1 - Be thin. If you are remotely overweight, the heat will be a misery for you. If you are poor, you can use both your poverty and the heat to your advantage by having them help you lose weight. You can get thinner by entirely losing your appetite because it is too damn hot to either eat or cook, and you are too poor to eat in an air conditioned restaurants every day. One of the first things stranieri notice when they come here is that the Italians are nearly all bird-thin. Tiny little sylph-like creatures (with inexplicably and horribly loud voices). There is a reason for this. All the fat people died in the early bronze age from the heat.

2 - Have a job where you can sit in air conditioning for large blocks of time.

3 - Have a place in your home where you can sit outdoors not doing anything like a balcony or garden.

4 - Live in a nice town that doesn't have bad air quality, too many tourists, filthy gypsy beggars, horrifyingly loud traffic and isn't entirely populated by crazy people who want to swindle you and then kill you with their motorini and laugh while you lie there bleeding, wondering why you didn't stay in England isn't Rome. Live in a town that has lots of birds, flowers, gardens, sea breezes and nice friendly people who will sometimes give you a free gelato when you're looking down.

5 - Have a freezer. (I don't have a freezer. Not even the little one built into the top of my fridge. The reason for this is obscure, but when I asked the landlord to get me one he looked doubtful in that inimitable Italian way that says 'why are you bothering me with this trivial thing? Can't you see I'm busy loafing around and having a good time?', and said he would try. Try? TRY!? Just effing go and effing buy one! What the hell is the damn problem...?!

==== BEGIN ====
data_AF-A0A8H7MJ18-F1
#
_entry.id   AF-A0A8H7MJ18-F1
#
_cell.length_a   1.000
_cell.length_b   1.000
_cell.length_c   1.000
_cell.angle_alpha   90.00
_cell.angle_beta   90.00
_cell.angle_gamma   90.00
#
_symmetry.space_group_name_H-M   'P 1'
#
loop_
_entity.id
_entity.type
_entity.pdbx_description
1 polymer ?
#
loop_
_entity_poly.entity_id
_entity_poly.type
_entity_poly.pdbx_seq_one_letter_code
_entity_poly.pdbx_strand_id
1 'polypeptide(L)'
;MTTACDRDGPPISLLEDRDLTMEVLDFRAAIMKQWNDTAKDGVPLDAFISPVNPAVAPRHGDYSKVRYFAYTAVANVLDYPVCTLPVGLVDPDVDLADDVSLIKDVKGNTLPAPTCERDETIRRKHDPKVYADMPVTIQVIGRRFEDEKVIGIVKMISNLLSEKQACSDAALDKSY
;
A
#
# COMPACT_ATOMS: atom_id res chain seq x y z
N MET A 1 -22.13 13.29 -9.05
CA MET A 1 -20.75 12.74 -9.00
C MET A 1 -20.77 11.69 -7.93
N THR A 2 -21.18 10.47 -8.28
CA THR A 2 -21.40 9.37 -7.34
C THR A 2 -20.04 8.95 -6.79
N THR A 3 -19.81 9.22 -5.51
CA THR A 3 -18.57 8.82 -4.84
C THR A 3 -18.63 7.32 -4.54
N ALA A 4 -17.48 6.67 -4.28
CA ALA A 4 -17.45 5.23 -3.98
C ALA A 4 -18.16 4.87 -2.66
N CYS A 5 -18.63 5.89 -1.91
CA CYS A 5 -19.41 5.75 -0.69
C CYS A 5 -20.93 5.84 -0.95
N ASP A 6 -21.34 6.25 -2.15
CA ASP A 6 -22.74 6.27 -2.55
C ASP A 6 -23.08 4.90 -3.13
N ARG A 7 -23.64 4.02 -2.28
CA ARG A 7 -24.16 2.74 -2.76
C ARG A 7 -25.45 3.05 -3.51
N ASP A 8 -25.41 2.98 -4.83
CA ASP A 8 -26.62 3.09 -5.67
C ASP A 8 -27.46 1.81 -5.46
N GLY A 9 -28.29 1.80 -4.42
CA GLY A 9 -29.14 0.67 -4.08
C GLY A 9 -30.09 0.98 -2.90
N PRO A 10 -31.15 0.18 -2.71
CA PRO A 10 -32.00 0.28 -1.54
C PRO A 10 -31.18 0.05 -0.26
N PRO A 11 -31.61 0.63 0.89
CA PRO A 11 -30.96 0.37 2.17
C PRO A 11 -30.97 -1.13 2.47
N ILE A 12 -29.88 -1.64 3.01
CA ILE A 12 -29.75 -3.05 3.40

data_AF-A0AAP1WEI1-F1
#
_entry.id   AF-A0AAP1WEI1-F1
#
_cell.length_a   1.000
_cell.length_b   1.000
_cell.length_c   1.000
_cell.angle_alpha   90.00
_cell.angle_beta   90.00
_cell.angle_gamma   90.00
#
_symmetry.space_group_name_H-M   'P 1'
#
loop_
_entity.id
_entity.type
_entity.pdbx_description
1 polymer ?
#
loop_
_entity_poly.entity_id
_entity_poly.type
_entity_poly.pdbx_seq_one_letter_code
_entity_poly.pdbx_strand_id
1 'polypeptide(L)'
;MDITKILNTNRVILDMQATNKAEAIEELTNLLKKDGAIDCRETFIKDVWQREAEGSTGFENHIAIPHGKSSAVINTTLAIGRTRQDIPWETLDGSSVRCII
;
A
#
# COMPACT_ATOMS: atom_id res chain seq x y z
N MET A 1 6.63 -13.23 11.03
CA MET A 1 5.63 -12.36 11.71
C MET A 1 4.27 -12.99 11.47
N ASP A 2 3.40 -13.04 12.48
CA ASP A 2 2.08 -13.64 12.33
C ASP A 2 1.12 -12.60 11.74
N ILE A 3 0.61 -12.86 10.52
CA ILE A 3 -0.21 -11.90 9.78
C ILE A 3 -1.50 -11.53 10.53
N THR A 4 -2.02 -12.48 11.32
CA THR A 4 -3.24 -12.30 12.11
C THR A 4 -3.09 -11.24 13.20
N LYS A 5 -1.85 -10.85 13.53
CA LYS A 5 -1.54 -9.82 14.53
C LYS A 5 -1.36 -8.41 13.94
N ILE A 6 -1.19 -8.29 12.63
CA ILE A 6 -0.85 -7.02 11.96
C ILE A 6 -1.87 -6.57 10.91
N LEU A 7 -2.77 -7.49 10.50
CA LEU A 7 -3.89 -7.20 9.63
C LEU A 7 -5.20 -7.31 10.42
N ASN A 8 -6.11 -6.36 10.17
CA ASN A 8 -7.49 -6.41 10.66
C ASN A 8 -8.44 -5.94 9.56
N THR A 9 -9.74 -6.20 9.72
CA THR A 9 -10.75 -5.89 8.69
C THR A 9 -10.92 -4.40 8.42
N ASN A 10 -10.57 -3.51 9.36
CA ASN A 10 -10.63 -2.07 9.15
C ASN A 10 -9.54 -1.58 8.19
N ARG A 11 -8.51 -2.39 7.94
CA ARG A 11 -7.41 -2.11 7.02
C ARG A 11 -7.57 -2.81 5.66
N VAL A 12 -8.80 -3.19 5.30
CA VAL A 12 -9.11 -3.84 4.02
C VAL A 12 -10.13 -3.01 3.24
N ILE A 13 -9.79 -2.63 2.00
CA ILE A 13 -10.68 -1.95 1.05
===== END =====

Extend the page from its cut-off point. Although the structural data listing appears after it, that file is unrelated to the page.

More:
Anyway, if you have a freezer, the thing to do is to take a 2 litre plastic pop bottle of water and freeze it. When the temperature suddenly rises at 3 am, as it does, and you wake up in the night gasping for air, you take the bottle of ice, wrap it in a tea towel and take it to bed with you under a sheet. The ice cools the air under the sheet. It's like air conditioning for your bed.)

5 - Buy a fan. The folding kind that you can carry around with you in your hand bag. If you are a boy, I don't know what to tell you; you can't carry a fan. Sorry, but it's a rule. Learn to sit next to women with fans I guess.

6 - Carry a damp flannel in a plastic bag in your handbag. This can be re-cooled at any fountain and applied to the face, neck and arms at will. Buy a large supply of flannels, so you can take a clean one with you every day. Once again, boys = no hand bags. Sorry. Just dunk your head in every fountain you see and be grateful you don't have to worry about spoiling your makeup.